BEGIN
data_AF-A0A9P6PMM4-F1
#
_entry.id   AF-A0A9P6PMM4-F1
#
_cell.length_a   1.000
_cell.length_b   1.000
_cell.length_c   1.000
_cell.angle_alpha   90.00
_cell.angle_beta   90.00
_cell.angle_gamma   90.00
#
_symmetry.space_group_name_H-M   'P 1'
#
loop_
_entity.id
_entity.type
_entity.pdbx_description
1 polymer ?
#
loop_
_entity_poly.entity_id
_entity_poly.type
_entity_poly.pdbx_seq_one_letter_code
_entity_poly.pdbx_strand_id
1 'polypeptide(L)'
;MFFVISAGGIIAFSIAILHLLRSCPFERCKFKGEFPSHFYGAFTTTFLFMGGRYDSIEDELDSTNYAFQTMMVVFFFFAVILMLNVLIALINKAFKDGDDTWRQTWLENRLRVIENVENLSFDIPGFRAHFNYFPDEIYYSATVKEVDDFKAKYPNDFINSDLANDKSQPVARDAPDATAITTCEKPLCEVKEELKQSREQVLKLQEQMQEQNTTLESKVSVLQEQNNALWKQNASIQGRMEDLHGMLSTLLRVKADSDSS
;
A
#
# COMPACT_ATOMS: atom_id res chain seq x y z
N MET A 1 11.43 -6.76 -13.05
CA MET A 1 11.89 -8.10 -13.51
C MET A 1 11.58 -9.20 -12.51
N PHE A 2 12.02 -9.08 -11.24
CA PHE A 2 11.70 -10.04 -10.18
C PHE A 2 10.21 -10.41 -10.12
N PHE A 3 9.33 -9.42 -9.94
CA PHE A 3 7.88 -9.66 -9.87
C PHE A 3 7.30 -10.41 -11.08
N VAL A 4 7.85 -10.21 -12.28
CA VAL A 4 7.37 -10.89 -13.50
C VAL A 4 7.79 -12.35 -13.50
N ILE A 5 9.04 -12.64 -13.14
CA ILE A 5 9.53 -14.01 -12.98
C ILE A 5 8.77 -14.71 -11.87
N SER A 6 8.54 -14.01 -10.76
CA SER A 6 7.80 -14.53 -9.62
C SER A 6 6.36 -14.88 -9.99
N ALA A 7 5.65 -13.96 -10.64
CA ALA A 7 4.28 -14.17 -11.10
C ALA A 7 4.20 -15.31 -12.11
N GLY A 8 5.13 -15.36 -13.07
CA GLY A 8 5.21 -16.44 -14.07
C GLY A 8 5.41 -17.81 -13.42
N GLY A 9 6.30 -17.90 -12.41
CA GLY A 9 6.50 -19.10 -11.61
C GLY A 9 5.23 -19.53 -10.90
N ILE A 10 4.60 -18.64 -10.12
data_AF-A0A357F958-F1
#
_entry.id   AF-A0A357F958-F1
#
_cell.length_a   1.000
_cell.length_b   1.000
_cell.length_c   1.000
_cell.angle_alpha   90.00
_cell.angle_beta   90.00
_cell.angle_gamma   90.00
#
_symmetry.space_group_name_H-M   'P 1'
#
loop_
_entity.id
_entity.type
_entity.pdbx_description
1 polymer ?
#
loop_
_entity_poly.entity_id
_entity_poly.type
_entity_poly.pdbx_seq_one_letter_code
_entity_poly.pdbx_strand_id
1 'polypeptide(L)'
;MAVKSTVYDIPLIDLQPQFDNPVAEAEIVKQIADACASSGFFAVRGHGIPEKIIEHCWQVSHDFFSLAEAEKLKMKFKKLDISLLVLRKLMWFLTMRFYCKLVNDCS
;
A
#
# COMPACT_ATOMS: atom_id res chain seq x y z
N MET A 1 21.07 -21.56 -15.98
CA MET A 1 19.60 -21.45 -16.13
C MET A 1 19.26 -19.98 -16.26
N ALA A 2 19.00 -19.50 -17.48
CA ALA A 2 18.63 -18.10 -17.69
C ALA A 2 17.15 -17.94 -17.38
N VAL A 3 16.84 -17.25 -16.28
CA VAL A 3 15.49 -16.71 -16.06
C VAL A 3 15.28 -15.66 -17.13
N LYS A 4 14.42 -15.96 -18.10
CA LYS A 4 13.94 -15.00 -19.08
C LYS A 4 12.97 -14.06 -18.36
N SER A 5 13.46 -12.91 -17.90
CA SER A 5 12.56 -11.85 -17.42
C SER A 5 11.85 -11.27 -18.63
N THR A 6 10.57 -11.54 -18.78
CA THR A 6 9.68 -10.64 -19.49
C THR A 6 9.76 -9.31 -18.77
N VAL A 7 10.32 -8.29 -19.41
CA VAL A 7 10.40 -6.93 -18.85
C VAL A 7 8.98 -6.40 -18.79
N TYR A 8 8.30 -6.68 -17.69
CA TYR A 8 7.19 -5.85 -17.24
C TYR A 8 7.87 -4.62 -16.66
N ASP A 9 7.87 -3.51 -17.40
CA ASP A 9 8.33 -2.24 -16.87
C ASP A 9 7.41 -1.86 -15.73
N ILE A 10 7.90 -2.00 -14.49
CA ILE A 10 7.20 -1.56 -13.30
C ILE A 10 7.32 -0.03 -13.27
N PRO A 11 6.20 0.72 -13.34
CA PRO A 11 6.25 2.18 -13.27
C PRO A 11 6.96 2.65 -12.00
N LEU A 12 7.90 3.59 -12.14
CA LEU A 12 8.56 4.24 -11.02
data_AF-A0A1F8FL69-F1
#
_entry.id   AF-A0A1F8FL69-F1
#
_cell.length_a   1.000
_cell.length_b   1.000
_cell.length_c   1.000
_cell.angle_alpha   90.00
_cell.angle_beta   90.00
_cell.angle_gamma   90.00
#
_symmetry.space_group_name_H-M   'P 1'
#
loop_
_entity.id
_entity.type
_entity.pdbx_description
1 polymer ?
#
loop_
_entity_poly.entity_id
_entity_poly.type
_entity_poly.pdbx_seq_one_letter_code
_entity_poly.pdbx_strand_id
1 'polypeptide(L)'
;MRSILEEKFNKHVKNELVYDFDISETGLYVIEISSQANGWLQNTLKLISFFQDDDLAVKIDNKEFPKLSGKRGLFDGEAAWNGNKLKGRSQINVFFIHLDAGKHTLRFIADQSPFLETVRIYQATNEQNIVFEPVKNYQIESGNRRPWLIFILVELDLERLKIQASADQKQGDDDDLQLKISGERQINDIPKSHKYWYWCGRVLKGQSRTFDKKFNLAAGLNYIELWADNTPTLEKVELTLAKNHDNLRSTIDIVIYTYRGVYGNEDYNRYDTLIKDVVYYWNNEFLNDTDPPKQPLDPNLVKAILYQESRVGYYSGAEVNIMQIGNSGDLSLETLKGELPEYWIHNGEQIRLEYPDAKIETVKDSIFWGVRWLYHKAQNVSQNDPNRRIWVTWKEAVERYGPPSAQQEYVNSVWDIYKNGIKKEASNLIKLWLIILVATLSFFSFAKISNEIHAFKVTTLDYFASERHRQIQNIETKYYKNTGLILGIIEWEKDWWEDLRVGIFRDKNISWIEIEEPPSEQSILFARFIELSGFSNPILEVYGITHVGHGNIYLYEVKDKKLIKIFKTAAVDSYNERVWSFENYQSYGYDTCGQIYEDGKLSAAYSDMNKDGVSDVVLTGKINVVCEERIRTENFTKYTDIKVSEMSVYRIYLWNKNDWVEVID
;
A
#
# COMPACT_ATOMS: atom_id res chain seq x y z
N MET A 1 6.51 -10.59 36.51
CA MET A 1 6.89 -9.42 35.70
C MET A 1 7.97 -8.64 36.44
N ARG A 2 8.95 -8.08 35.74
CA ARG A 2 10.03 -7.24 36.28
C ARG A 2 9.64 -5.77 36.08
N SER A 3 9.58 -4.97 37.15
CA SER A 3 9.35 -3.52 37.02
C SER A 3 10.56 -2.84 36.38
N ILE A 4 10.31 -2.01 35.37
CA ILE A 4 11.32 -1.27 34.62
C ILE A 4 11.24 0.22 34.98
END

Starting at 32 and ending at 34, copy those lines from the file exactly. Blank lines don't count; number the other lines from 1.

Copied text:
CA MET A 1 11.89 -8.10 -13.51
C MET A 1 11.58 -9.20 -12.51
N PHE A 2 12.02 -9.08 -11.24